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Photo by Wild Don Lewis

FRANZ FERDINAND at the Greek Theater, October 7 At their best, Scotland’s Franz Ferdinand are all finesse. They’ve greased it with VIP-style sleaze. They’ve roughed it up for rock’s sake. But the strength is in the craft of these classically trained musicians: prancing-then-militaristic beats, razor chords that slice with precise menace, and the genteel, barfly croon of the imperially slim, coolly intelligent Alex Kapranos. So when the band quickly sawed through the typically elegant “Darts of Pleasure” with all the grace of a lumberjack, the song felt less ripped open than ripped apart. When Franz Ferdinand really stake their claim, though, they deliver. Almost nationalistic displays of pride proved that this band considers itself an aesthetic, conceptual unit, not just a band united by a few common musical tastes. Serrated into four panels, the white flag bearing Franz’s signature flamed red and pink for the aching suspension of “Auf Achse.” And the crowd was properly concussed by FF’s calling card, the wickedly stomping “Take Me Out,” which was marred only slightly by some errant guitar scribbling. The new songs from their second album, You Could Have It So Much Better, fared the best. Big, fruity near-power pop in the modes of Nirvana and Elvis Costello, with rolling drums borrowed from Tom Tom Club, sounded ripe for a little abuse. “Do You Want To” was an especially crystalline amalgamation of late-’70s radio funk, ’80s big-hair camp and a good live thrashing. But it was a shame to see so many tunes battered by an almost desperate need to appear rock & roll — Kapranos even halfheartedly engaged in some Who-like equipment destruction at the end. Their grace? Their impeccably dry wit? A bit more of those would’ve been nice.

—Margaret Wappler

BLACK REBEL MOTORCYCLE CLUB at the Henry Fonda Theater, October 8 The Black Rebel Motorcycle Club carried the effects-sodden, stoner-art baton of the Jesus and Mary Chain and My Bloody Valentine through their first two albums. Then came a change of label, some drummer drama and this year’s Howl, which finds the trio suddenly serving harmony-rich, mostly acoustic, bluegrass-flecked Americana. Peter Hayes takes the stage alone, with guitar and harmonica, for “Complicated Situation,” soon joined by his bandmates and a touring multi-instrumentalist to exploit the meshed-vocal prowess that defines Howl. They nail the gospel-warm, three-part incantation of “Shuffle Your Feet” with album-quality accuracy, Hayes’ slightly shuddering timbre interspersed with bassist Robert Levon Been’s more serpentine Britpop semi-sneer. When the two come together, the effect is Haight-Ashbury heavenly. Despite their shift in direction, when BRMC follow old material (the mini-classic “Love Burns,” the ever-gorgeous “As Sure as the Sun”) with new, there’s considerable commonality: They always had a penchant for strummy psychedelia and murmuring bass lines, and their much-vaunted, fuzzed-out excursions were only part of the equation. That their current influences are more American than Anglo — and as much 1930s as 1990s — is detail rather than definition, mainly impacting the vocals (more direct) and ambience (more organic and accessible). Black Rebel Motorcycle Club are proving that there always was genuine songwriting and performance savvy beneath their erstwhile all-in-black skinny-boy cool and shoe-gazer veneer. Rather than a revolutionary force, they’re faithful inheritors; it wasn’t fad or fashion that sold this place out tonight.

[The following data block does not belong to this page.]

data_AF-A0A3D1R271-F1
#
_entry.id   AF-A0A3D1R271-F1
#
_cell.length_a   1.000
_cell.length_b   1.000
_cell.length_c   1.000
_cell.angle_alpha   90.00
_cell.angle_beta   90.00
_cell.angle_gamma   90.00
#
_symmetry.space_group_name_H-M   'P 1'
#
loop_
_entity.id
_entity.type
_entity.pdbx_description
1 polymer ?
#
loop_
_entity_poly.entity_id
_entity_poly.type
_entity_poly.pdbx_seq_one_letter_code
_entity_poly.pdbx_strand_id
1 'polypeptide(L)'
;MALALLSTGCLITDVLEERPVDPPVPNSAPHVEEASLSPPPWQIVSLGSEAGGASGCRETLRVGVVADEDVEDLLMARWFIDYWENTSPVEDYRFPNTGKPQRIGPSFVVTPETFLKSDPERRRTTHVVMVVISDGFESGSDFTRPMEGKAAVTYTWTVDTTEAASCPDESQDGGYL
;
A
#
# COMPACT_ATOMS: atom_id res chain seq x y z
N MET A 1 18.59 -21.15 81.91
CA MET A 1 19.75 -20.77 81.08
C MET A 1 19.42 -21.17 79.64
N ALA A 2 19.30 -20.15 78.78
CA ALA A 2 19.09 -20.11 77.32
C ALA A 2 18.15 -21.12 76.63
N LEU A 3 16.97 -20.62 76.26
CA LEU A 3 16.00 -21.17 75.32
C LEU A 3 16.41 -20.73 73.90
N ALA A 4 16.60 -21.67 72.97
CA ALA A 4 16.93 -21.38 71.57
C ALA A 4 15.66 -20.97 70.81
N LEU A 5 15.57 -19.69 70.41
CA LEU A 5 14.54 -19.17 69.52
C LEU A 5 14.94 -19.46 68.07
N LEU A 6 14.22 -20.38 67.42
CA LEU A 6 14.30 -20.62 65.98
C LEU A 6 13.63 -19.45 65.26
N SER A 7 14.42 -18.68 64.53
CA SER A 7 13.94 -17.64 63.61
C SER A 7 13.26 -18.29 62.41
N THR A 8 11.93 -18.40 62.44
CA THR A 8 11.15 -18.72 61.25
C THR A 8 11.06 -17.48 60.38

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—Paul Rogers

BETTYE LAVETTE at the Knitting Factory, October 10 Bettye LaVette represents the comeback story of the year, and listening to her magnificent rasp is a cold-water-in-the-face reminder that the genre-Balkanization of blues, R&B and rock has only debilitated all three. Slim and commanding, stalking the stage with a presence reminiscent of Tina Turner, LaVette was clearly having the time of her life: “It’s never been better than this,” she said, smiling. “Ever.” Though she brought the house down repeatedly (especially with her unabashedly blues-soaked renditions of Dolly Parton’s “Little Sparrow” and Lucinda Williams’ “Joy”), it was her bleeding-wrists version of “Just Say So” that almost brought the room to reverent silence. Almost, because the song was given poignancy by the laughing assholes on the room’s perimeter, by the clinking of glasses from the bar and by the intrusive thumping of wack rap from the next room. It was all a telling metaphor for a woman whose voice has fought for more than four decades to cut through the clutter. That fucked dynamic was only deepened when the four-piece band (kinda mediocre, to be honest) left the stage, and LaVette, for her final number of the night, sang an a cappella version of Sinead O’Connor’s “I Do Not Want What I Have Not Got” that was both fragile and heavily weighted with grief, resolution and a fierce transcendence. But the meathead doorman on the side kept opening the door to the adjoining dance-club, flirting with the idiot chicks wandering in and out. The delicate, hypnotic spell LaVette was weaving never fully took hold as a result. Someone should seriously be fired for that shit.

—Ernest Hardy

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